San Jose State University will break ground in June on a project to build an intramural recreation field, walking path and multi-level parking garage at the university’s Bud Winter Field. San Jose State plans to build a special tribute at the site to honor those known as the “Speed City” athletes and their legendary track and field coach, Bud Winter.
The new recreational field will be used by thousands of San Jose State students. This field will be home to SJSU clubs, intramurals, ROTC practice, kinesiology classes, marching band practice, Greek life competition and other activities. A walking path around it will be open to the community members who currently use the Bud Winter Field track at South 10th Street and East Alma Avenue, which will be removed.
The university recently informed its track and field athletes that it cannot proceed with a previously announced plan to build a new track at the site, where some of its world-class Speed City athletes once trained. “After requesting proposals for construction of a track atop a planned multi-level parking structure, university administrators learned the track would cost up to $20 million more than originally anticipated, due to building-code changes,” said Charlie Faas, the university’s vice president of administration and finance. After learning of the higher-than-expected track cost, the university considered whether to build a replacement track at the university’s park-and-ride lot in the area—but the space was insufficient.
San Jose State’s Student Union, Inc. gave a $3 million donation: $2.5 million for track and field and $500,000 for a new softball field. When administrators learned that a track atop the proposed parking garage would cost far more than expected, the Student Union, Inc. donation was reallocated to be used for the intramural field, which will benefit a wide variety of students, Faas said.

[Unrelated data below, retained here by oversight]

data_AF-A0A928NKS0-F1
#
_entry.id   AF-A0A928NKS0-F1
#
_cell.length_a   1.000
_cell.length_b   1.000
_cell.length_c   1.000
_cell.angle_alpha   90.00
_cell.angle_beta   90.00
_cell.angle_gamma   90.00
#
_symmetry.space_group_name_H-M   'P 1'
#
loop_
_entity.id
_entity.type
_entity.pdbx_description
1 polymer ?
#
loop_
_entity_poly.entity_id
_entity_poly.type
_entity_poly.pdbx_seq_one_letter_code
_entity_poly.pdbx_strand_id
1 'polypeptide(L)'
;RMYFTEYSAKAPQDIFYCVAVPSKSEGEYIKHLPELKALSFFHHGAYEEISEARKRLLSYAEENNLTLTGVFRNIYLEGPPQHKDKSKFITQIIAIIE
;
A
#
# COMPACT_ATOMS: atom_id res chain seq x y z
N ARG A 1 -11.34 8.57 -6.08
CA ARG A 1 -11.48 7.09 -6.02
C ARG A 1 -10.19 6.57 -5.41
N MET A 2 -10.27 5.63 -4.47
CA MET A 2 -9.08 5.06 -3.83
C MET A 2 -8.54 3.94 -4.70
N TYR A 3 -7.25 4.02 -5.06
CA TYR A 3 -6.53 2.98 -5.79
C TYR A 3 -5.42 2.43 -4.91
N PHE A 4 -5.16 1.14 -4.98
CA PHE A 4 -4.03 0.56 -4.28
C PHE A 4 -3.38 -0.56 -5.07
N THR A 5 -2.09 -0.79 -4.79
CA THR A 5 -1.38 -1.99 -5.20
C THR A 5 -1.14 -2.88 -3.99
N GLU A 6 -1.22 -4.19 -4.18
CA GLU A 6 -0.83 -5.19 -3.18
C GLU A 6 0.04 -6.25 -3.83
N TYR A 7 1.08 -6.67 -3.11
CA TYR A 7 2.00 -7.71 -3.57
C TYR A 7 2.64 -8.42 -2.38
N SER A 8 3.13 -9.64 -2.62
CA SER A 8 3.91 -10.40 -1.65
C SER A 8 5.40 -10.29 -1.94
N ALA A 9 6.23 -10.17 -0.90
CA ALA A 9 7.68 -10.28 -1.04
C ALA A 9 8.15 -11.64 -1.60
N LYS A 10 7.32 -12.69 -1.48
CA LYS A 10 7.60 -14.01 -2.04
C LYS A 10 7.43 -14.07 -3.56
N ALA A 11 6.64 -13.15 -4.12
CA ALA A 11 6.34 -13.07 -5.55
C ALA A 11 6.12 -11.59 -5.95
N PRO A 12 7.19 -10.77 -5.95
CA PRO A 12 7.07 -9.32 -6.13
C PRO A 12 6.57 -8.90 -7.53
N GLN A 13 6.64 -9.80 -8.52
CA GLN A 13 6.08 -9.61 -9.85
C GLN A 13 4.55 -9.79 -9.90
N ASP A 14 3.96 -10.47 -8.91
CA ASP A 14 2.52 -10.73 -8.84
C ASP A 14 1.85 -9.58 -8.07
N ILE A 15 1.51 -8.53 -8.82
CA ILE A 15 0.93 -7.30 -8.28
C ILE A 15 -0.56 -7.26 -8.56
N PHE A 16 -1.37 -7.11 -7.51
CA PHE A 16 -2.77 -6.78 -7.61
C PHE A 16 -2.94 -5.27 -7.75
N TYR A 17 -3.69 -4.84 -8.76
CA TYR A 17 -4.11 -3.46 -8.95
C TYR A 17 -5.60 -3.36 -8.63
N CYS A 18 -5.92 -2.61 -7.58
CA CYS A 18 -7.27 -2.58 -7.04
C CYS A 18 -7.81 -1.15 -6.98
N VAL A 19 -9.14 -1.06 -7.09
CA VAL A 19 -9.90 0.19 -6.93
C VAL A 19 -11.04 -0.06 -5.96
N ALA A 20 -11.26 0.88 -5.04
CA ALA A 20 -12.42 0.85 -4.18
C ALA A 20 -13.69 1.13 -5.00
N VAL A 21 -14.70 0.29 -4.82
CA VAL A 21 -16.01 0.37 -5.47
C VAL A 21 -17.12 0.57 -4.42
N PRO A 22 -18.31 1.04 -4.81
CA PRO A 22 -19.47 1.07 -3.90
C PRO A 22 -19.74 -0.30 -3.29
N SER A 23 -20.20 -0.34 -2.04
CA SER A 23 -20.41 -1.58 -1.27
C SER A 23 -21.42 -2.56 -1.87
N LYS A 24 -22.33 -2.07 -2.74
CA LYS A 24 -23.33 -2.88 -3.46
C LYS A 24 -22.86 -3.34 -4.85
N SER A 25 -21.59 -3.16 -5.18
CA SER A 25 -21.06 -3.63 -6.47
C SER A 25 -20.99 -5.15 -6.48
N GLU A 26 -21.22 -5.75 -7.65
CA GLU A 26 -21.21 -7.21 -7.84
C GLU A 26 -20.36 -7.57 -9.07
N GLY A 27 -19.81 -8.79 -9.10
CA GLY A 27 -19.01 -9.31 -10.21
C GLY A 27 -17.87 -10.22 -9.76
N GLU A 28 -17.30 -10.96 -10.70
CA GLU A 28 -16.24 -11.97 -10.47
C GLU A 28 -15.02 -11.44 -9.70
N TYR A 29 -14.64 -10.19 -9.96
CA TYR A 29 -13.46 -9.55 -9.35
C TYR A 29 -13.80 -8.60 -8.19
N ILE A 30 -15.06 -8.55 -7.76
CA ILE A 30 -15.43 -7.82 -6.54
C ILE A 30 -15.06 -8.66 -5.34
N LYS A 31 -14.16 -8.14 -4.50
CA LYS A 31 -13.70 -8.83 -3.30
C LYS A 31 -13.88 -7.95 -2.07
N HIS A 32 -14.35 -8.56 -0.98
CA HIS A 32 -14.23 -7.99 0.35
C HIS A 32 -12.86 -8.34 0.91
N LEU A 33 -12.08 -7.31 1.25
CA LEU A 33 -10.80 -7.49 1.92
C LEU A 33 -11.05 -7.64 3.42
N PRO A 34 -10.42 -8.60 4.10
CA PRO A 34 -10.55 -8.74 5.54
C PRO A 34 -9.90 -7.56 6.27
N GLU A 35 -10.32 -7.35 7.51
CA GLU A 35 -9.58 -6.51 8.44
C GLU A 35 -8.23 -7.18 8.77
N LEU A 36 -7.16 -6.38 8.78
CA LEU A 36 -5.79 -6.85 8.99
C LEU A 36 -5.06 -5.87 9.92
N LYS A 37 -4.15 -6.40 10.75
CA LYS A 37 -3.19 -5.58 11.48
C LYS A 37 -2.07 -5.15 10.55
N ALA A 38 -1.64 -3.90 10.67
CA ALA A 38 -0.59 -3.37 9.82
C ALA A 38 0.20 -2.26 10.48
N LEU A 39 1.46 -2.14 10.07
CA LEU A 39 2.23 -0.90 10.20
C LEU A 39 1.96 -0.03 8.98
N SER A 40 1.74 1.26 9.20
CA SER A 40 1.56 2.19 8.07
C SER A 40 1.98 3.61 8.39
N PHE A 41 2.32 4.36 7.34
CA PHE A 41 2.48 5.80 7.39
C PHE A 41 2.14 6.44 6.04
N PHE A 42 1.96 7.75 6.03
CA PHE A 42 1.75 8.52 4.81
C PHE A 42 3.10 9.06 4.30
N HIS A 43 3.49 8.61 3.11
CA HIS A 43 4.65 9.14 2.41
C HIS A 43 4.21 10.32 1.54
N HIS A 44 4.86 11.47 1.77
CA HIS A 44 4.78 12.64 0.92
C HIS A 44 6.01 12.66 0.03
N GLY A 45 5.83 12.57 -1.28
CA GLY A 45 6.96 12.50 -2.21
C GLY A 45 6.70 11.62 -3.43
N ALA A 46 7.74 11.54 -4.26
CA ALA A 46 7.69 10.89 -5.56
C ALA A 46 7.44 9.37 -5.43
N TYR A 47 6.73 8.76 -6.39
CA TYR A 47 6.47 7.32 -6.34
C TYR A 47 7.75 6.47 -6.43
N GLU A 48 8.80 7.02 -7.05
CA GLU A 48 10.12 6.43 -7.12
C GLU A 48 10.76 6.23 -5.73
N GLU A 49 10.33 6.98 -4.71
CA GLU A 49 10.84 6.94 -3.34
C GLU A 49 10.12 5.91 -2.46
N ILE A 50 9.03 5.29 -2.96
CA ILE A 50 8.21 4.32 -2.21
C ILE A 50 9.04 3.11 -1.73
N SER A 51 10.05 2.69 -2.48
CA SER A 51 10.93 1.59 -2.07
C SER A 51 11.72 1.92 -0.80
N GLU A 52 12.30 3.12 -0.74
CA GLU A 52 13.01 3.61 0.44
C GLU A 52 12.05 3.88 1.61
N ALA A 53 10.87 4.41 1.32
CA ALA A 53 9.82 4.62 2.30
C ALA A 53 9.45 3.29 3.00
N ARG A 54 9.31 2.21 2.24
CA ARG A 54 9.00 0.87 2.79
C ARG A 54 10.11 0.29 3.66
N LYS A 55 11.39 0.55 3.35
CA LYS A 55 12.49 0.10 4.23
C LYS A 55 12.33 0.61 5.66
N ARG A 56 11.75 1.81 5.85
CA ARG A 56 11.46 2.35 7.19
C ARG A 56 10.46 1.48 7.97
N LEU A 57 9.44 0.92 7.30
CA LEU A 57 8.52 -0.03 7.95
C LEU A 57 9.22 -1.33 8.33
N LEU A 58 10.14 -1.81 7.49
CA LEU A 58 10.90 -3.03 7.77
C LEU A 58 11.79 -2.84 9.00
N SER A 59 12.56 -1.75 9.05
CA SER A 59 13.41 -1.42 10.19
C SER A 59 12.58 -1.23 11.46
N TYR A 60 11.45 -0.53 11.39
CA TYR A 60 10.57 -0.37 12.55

“It was heartbreaking to me to realize that we wouldn’t have a new track facility,” said Marie Tuite, the university’s director of intercollegiate athletics. “As the enduring success of our athletics programs remain a key priority and a point of pride for the university and alumni, we are committed to sponsoring all 22 sport programs,” Tuite said. “We will continue to support and fund activity for our men’s and women’s track programs off campus.”
As the 51-year-old Bud Winter Field facilities have long fallen into disrepair, the men’s and women’s track teams have been practicing at San Jose City College for some time. “Our current goal is to secure a long-term agreement there or at another facility to ensure our track and field teams have a high-quality venue at which to practice and train for competition,” said Tuite.
History of SJSU’s Two Tracks: Bud Winter Field and 7th Street Track
Before the Bud Winter Field was built in the late 1960s at South 10th Street and East Alma Avenue, Winter trained many world-class caliber athletes at another track, located nearby at South 7th and East Humboldt streets on the South Campus. “San Jose State’s track and field legacy gained a sprinter’s momentum when Bud Winter was named head coach in 1941. For three decades, he attracted record-setting athletes that were ranked among the best in the world. These athletes made Speed City famous competing at the old 7th Street track, later training and racing at Bud Winter Field on 10th Street and around the world for nearly 40 years,” said Lawrence Fan, the university’s athletics media relations director.
Years later, the Koret Athletic Training Center was opened in 2001 over a portion of the old 7th Street track, for use by San Jose State’s intercollegiate athletics program. That building also now houses the Jeff Garcia Hall of Champions, which honors all those inducted into San Jose State’s Sports Hall of Fame—including track and field stars.
The Simpkins Stadium Center also now covers a portion of the old 7th Street track, Fan said.